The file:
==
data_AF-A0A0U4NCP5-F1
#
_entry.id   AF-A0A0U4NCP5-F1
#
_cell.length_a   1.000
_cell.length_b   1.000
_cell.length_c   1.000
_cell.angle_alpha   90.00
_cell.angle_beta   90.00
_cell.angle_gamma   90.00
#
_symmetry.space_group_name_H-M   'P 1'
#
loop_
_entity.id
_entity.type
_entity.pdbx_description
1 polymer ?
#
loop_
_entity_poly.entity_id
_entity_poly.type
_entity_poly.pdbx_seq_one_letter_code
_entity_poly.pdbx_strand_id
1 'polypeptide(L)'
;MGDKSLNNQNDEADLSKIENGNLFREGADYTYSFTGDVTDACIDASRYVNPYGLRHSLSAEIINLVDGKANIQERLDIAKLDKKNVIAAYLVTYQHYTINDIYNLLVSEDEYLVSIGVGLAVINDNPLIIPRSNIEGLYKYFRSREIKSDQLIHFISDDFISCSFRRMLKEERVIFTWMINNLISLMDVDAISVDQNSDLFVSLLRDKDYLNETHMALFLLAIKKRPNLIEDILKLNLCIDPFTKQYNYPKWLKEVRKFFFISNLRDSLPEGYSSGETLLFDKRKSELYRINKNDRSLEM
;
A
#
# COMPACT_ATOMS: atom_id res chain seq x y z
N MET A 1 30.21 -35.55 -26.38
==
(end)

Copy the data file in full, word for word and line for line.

data_AF-A0A0U4NCP5-F1
#
_entry.id   AF-A0A0U4NCP5-F1
#
_cell.length_a   1.000
_cell.length_b   1.000
_cell.length_c   1.000
_cell.angle_alpha   90.00
_cell.angle_beta   90.00
_cell.angle_gamma   90.00
#
_symmetry.space_group_name_H-M   'P 1'
#
loop_
_entity.id
_entity.type
_entity.pdbx_description
1 polymer ?
#
loop_
_entity_poly.entity_id
_entity_poly.type
_entity_poly.pdbx_seq_one_letter_code
_entity_poly.pdbx_strand_id
1 'polypeptide(L)'
;MGDKSLNNQNDEADLSKIENGNLFREGADYTYSFTGDVTDACIDASRYVNPYGLRHSLSAEIINLVDGKANIQERLDIAKLDKKNVIAAYLVTYQHYTINDIYNLLVSEDEYLVSIGVGLAVINDNPLIIPRSNIEGLYKYFRSREIKSDQLIHFISDDFISCSFRRMLKEERVIFTWMINNLISLMDVDAISVDQNSDLFVSLLRDKDYLNETHMALFLLAIKKRPNLIEDILKLNLCIDPFTKQYNYPKWLKEVRKFFFISNLRDSLPEGYSSGETLLFDKRKSELYRINKNDRSLEM
;
A
#
# COMPACT_ATOMS: atom_id res chain seq x y z
N MET A 1 30.21 -35.55 -26.38